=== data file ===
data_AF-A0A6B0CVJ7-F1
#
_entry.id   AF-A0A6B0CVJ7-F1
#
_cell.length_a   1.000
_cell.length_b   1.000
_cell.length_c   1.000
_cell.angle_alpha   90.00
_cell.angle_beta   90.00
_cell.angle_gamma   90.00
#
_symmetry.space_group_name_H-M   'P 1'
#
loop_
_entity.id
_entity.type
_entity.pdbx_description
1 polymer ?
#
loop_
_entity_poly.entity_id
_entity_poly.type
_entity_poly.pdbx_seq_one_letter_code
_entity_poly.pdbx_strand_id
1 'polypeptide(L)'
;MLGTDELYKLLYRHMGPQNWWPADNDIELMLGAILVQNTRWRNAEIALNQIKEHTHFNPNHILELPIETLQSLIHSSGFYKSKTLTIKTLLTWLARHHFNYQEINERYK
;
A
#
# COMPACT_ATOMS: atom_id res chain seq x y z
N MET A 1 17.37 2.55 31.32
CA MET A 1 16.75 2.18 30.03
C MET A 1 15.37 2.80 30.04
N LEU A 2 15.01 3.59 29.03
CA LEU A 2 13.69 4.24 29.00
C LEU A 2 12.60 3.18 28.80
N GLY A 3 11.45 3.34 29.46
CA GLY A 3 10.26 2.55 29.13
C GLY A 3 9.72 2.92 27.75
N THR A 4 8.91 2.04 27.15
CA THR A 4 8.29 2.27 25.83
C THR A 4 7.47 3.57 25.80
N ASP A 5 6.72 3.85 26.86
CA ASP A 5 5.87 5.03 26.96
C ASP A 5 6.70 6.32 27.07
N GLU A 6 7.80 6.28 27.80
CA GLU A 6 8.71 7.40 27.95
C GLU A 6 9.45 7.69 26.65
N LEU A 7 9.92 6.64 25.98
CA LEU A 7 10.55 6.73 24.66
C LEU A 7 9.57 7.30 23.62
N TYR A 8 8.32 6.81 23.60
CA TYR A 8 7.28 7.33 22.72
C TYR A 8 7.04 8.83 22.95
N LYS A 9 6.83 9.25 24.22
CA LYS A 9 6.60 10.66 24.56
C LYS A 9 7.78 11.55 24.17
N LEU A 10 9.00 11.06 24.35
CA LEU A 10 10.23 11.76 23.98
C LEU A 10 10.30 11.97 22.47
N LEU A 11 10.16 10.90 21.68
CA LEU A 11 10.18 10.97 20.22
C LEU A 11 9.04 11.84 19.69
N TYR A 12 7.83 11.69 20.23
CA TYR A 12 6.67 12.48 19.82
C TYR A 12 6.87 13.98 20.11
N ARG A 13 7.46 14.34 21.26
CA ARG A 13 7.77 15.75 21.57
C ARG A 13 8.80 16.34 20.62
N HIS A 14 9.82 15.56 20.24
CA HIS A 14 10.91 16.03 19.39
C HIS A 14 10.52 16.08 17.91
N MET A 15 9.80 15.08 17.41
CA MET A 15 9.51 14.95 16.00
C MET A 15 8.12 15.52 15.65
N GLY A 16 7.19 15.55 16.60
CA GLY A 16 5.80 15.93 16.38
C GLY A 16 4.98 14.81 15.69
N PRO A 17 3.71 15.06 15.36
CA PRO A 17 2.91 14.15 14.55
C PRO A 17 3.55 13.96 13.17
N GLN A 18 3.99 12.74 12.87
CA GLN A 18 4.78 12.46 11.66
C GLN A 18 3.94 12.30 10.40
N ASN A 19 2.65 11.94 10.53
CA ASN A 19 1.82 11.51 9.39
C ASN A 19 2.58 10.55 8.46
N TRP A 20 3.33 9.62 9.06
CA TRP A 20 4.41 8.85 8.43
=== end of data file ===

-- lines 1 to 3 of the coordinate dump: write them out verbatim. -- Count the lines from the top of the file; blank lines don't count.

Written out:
data_AF-A0A6B0CVJ7-F1
#
_entry.id   AF-A0A6B0CVJ7-F1